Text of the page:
After a hearing with the Iowa Department of Transportation contesting the revocation of my client’s driver’s license, the IDOT Administrative Law Judge agreed that my client’s right to an Independent Chemical Test under Iowa Code section 321J.11 was violated, and therefore the administrative driver’s license revocation had to be rescinded and my client’s driver’s license not be revoked. As a result, the County Attorney agreed to a plea agreement in which the serious misdemeanor Operating While Intoxicated (OWI) criminal charge was amended and plead down to a lesser offense of simple misdemeanor simulating public intoxication for a fine.
After filing a motion to suppress and supportive brief in an Operating a Motor Vehicle While Under the Influence of Drugs case, a plea agreement was arrived upon wherein the Defendant plead guilty to the lesser amended offense of simple misdemeanor public intoxication for a fine and completion of an OWI Weekend program, and the State consented to a motion in limine suppressing the test refusal, which mean that my client would get her drivers license returned to her. An attendant charge of possession of drug paraphernalia was dismissed.
Iowa Court of Appeals rules that it is impermissible and a violation of the hearsay rule to admit a sworn deposition for the purpose of impeaching the testimony contained therein by using an unsworn out of court recorded hearsay statement by a witness who does not testify at trial. “The right given to the State to impeach its own witnesses . . . is to be used as a shield and not as a sword. The State is not entitled . . . to place a witness on the stand who is expected to give unfavorable testimony and then, in the guise of impeachment, offer evidence which is otherwise inadmissible.”
Iowa Supreme Court rules that an initial positive laboratory test for drugs is not sufficient for a conviction of OWI for having any amount of a controlled substance in the person’s urine.
District Court Judge rules in my client’s favor, canceling temporary domestic abuse protective no contact order, and declining to grant final no contact order, finding after hearing, witness testimony, cross examination, and review of exhibits that the petitioner had failed to sustain her burden of proof of domestic assault.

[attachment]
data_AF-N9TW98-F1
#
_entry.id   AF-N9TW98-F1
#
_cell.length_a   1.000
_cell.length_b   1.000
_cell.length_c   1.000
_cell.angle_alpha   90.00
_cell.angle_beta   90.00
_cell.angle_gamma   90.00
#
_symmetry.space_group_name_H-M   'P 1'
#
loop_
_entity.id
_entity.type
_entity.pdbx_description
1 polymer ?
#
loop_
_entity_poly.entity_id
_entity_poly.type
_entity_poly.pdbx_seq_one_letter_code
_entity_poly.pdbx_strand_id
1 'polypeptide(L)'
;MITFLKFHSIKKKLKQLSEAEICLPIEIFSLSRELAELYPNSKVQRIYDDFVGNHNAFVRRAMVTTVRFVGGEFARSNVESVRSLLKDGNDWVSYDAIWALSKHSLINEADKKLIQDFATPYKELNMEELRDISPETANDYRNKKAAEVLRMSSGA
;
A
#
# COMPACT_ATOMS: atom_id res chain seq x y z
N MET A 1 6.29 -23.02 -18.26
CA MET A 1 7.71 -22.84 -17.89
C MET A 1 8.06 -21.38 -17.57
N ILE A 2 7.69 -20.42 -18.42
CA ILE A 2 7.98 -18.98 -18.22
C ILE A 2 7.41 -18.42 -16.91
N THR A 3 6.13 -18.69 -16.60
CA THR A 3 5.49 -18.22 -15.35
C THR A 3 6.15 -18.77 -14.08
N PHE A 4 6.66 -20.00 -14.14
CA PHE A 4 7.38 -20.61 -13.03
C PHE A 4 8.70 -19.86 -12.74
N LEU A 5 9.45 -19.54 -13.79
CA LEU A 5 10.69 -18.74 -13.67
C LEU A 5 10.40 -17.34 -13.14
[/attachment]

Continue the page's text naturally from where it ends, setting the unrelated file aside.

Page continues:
In Timbs v. Indiana, the U.S. Supreme Court has held that the Eighth Amendment’s Excessive Fines Clause is an incorporated protection applicable to the States under the Fourteenth Amendment’s Due Process Clause.
Tyson Timbs was convicted in state court of dealing controlled substances. At the time of Timbs’s arrest, the police seized a Land Rover SUV Timbs had purchased for $42,000 with money he received from an insurance policy when his father died. The State sought civil forfeiture of Timbs’s vehicle, charging that the SUV had been used to transport heroin. Observing that Timbs recently had purchased the vehicle for more than four times the maximum $10,000 monetary fine assessable against him for his drug conviction, the trial court denied the State’s request. The vehicle’s forfeiture, the court determined, would be grossly disproportionate to the gravity of Timbs’s offense, and therefore unconstitutional under the Eighth Amendment’s Excessive Fines Clause. The Court of Appeals of Indiana affirmed, but the Indiana Supreme Court reversed, holding that the Excessive Fines Clause constrains only federal action and is inapplicable to state impositions. However, the U.S. Supreme Court disagreed with the Indiana Supreme Court, holding that the 8th Amendment’s Excessive Fines Clause is applicable to the states.
When charged with harassment, and the allegedly harassing or threatening statement is made to a third party (not the alleged target), there must be evidence that the Defendant intended the threat to be communicated to the target. Acquittal is required when the evidence is insufficient to prove intent to communicate to the alleged target of harassment in an email to a third party.
The Iowa Court of Appeals has ruled that the pat down search of a suspect was unconstitutional, for it went beyond the consent for a search for weapons, and the officer squeezed and manipulated the pockets before pulling out a pill container which could not be immediately identified as illegal contraband prior to pulling it out of the pocket.
Client charged with Operating While Intoxicated has charge dismissed.
Client charged with operating while intoxicated (OWI), possession of drugs, and possession of drug paraphernalia obtains a deferred judgment on the possession charge, and dismissal of the OWI and paraphernalia charges.
Client charged with domestic abuse assault causing injury has charge plead down to simple misdemeanor disorderly conduct for a deferred judgment and probation.
Iowa Supreme Court discusses how criminal restitution should be properly calculated and proven. In this case, the Court reversed the lower courts, holding that the restitution was unproven, excessive, and not legally cognizable.